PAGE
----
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"Telstra is going to disconnect your internet for the next 15 days ..."

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2 years 1 month ago #1 by sozzled

I don't know too many people who haven't received these telephone calls that come out-of-the blue and start by a heavily-accented person on the other end introducing themselves as "I'm from the Telstra technical department and we've decided to disconnect your internet for the next x days...". The problem with these phone calls is that they prey on the innocent, the naïve, the technically clueless and the gullible in our society who are ready to believe that they're at risk.  In particular, because we read each day about the latest virus that jeopardises businesses and institutions around the country and around the world, because of the recent surge in cyber-terrorism, ransomware and other threats to our liberties, we're worried that we might be unknowing participants and how we should prepare ourselves in case these threats appear on our own doorsteps.

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1 year 2 months ago - 1 year 2 months ago #2 by sozzled
As a kind of footnote to this article, I just had another one of those "This is the 'technical department of Telstra'" calls and, (because I didn't have anything better to do) I strung them along for about 5 minutes going through all kinds of rubbish (like looking at the Event Viewer which, of course, doesn't tell anyone anything) and the guy on the other end was getting angry/excited saying "Yes, these are the problems we are talking about and we can either fix them for you or we will have to terminate your internet."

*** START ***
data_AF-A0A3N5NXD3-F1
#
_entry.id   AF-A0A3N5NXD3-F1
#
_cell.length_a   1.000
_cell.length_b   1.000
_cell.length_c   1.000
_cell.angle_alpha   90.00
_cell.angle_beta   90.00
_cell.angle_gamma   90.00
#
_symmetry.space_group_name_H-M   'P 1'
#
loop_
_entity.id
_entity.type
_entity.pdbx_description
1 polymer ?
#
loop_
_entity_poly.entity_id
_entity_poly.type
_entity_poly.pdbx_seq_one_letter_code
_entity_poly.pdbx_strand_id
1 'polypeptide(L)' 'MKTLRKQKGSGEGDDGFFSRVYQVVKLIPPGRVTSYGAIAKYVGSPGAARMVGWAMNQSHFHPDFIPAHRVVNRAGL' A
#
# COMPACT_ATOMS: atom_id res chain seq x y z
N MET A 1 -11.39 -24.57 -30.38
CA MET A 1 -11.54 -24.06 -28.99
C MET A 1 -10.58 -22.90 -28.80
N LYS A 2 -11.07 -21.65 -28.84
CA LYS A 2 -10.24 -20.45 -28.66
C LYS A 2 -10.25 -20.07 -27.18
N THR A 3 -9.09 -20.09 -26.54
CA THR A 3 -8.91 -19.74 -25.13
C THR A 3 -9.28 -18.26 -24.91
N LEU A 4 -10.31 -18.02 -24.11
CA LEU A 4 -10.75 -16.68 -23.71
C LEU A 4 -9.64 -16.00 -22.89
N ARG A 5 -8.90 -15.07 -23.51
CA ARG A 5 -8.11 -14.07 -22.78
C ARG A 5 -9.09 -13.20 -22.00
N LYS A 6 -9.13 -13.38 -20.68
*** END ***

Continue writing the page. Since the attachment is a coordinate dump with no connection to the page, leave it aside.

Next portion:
OK, I thought, I'll humour them. I said, "Please terminate my internet." I don't think that's what the guy was expecting me to say. He said, "Are you saying that you don't want the internet anymore?" "Yes," I replied, "please terminate my internet now." Anyway, this to-and-fro went on for another 30 seconds, by which time I was practically begging "Telstra" to terminate my internet ... and the guy just hung up.

I wouldn't recommend this approach to everyone but, by the same token, there's not diddly-squat that these con-artists can do in terms of hurting you if you don't (a) give them any personal information, (b) give them access to your computer, or (c) sound like you're in the least bit worried by their threats. Game over. *heh-heh-heh*

If you think I'm wrong then say "I think you're wrong". If you say, "You're wrong", how do you know?
Last edit: 1 year 2 months ago by sozzled.

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